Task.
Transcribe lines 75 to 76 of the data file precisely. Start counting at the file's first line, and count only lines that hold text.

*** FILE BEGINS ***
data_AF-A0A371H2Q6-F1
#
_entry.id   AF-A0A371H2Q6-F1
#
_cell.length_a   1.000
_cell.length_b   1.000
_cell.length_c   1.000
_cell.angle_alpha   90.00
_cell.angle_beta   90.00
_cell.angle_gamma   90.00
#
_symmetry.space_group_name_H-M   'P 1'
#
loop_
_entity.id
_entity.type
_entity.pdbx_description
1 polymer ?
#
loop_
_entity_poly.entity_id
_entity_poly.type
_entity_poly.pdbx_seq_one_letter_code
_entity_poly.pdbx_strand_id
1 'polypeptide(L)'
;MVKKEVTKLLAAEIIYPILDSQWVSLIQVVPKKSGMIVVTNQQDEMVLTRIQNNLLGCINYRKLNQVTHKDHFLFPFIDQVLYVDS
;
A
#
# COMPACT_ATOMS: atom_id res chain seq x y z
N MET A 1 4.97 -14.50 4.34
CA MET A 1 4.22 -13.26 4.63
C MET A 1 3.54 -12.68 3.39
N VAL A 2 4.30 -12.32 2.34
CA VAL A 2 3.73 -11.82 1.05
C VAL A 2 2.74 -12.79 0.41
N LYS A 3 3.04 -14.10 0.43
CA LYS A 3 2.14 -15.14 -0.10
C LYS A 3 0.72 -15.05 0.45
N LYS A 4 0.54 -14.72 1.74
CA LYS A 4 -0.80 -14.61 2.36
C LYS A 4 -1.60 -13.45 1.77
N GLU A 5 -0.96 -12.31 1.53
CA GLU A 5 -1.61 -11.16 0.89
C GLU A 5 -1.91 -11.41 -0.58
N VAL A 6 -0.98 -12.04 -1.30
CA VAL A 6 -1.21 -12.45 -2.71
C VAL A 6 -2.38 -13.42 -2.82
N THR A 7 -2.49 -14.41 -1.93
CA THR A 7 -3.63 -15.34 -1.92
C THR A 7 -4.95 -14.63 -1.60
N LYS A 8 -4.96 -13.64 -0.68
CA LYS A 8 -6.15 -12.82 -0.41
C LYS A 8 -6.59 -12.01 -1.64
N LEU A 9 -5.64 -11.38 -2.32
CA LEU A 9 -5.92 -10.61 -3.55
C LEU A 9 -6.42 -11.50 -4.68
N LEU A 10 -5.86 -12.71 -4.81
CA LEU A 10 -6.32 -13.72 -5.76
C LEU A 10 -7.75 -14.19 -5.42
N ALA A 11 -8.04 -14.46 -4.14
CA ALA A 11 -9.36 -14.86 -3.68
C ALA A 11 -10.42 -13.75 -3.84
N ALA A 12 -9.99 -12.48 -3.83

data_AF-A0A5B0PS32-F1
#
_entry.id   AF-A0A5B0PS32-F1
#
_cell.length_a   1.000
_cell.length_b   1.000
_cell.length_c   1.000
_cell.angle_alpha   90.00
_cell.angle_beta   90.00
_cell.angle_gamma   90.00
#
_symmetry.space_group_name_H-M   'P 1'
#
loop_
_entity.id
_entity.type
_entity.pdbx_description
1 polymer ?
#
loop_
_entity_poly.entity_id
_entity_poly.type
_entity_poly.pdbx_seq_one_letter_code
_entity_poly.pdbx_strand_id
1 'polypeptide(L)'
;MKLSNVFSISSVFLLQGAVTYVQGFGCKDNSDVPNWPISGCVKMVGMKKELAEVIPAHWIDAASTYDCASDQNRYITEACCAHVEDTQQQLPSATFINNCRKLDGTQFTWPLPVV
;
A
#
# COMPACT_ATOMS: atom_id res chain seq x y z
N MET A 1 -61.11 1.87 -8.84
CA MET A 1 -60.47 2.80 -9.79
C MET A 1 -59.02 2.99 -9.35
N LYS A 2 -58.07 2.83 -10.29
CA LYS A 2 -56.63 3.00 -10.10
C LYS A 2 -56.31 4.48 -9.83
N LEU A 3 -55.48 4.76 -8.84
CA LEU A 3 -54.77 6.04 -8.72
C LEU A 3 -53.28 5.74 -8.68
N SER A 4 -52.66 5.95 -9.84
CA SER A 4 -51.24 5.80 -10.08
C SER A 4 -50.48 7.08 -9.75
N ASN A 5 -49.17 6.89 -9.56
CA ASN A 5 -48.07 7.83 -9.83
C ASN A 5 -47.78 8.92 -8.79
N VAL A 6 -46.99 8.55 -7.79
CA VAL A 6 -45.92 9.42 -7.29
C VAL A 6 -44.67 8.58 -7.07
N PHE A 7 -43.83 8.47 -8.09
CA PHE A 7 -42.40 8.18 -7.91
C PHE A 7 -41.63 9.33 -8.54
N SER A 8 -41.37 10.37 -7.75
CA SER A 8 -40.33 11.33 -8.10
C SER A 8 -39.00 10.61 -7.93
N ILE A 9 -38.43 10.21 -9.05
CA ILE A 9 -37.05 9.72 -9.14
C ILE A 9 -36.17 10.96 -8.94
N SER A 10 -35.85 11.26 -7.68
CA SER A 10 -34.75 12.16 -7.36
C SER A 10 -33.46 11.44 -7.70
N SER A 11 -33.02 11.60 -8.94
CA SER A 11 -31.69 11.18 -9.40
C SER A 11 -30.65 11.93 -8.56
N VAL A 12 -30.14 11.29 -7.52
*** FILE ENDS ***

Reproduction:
#
_symmetry.space_group_name_H-M   'P 1'